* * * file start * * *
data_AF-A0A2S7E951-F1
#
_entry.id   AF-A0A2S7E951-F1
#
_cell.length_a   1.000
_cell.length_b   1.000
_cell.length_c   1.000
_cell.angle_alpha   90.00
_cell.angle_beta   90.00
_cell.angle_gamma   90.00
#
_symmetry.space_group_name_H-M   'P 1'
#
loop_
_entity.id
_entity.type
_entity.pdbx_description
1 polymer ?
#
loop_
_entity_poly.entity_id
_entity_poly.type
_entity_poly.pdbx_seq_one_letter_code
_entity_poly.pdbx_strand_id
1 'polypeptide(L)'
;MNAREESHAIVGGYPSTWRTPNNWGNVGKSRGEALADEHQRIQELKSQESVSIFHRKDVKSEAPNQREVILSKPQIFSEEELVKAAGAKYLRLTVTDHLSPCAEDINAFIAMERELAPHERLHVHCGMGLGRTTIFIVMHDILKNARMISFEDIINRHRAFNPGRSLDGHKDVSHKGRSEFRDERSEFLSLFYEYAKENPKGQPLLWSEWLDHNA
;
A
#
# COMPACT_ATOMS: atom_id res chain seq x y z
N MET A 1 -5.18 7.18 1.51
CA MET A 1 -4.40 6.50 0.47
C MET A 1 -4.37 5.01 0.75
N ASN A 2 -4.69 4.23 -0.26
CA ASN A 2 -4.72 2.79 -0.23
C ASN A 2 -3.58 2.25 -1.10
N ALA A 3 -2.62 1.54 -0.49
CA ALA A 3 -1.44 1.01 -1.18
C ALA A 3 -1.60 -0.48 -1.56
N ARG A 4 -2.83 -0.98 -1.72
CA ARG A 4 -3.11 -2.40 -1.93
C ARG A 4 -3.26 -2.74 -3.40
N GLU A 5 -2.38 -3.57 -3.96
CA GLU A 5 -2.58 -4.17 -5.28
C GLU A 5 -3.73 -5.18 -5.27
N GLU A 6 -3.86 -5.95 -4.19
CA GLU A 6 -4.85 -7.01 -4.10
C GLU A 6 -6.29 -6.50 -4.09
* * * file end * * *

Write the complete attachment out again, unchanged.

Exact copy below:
data_AF-A0A2S7E951-F1
#
_entry.id   AF-A0A2S7E951-F1
#
_cell.length_a   1.000
_cell.length_b   1.000
_cell.length_c   1.000
_cell.angle_alpha   90.00
_cell.angle_beta   90.00
_cell.angle_gamma   90.00
#
_symmetry.space_group_name_H-M   'P 1'
#
loop_
_entity.id
_entity.type
_entity.pdbx_description
1 polymer ?
#
loop_
_entity_poly.entity_id
_entity_poly.type
_entity_poly.pdbx_seq_one_letter_code
_entity_poly.pdbx_strand_id
1 'polypeptide(L)'
;MNAREESHAIVGGYPSTWRTPNNWGNVGKSRGEALADEHQRIQELKSQESVSIFHRKDVKSEAPNQREVILSKPQIFSEEELVKAAGAKYLRLTVTDHLSPCAEDINAFIAMERELAPHERLHVHCGMGLGRTTIFIVMHDILKNARMISFEDIINRHRAFNPGRSLDGHKDVSHKGRSEFRDERSEFLSLFYEYAKENPKGQPLLWSEWLDHNA
;
A
#
# COMPACT_ATOMS: atom_id res chain seq x y z
N MET A 1 -5.18 7.18 1.51
CA MET A 1 -4.40 6.50 0.47
C MET A 1 -4.37 5.01 0.75
N ASN A 2 -4.69 4.23 -0.26
CA ASN A 2 -4.72 2.79 -0.23
C ASN A 2 -3.58 2.25 -1.10
N ALA A 3 -2.62 1.54 -0.49
CA ALA A 3 -1.44 1.01 -1.18
C ALA A 3 -1.60 -0.48 -1.56
N ARG A 4 -2.83 -0.98 -1.72
CA ARG A 4 -3.11 -2.40 -1.93
C ARG A 4 -3.26 -2.74 -3.40
N GLU A 5 -2.38 -3.57 -3.96
CA GLU A 5 -2.58 -4.17 -5.28
C GLU A 5 -3.73 -5.18 -5.27
N GLU A 6 -3.86 -5.95 -4.19
CA GLU A 6 -4.85 -7.01 -4.10
C GLU A 6 -6.29 -6.50 -4.09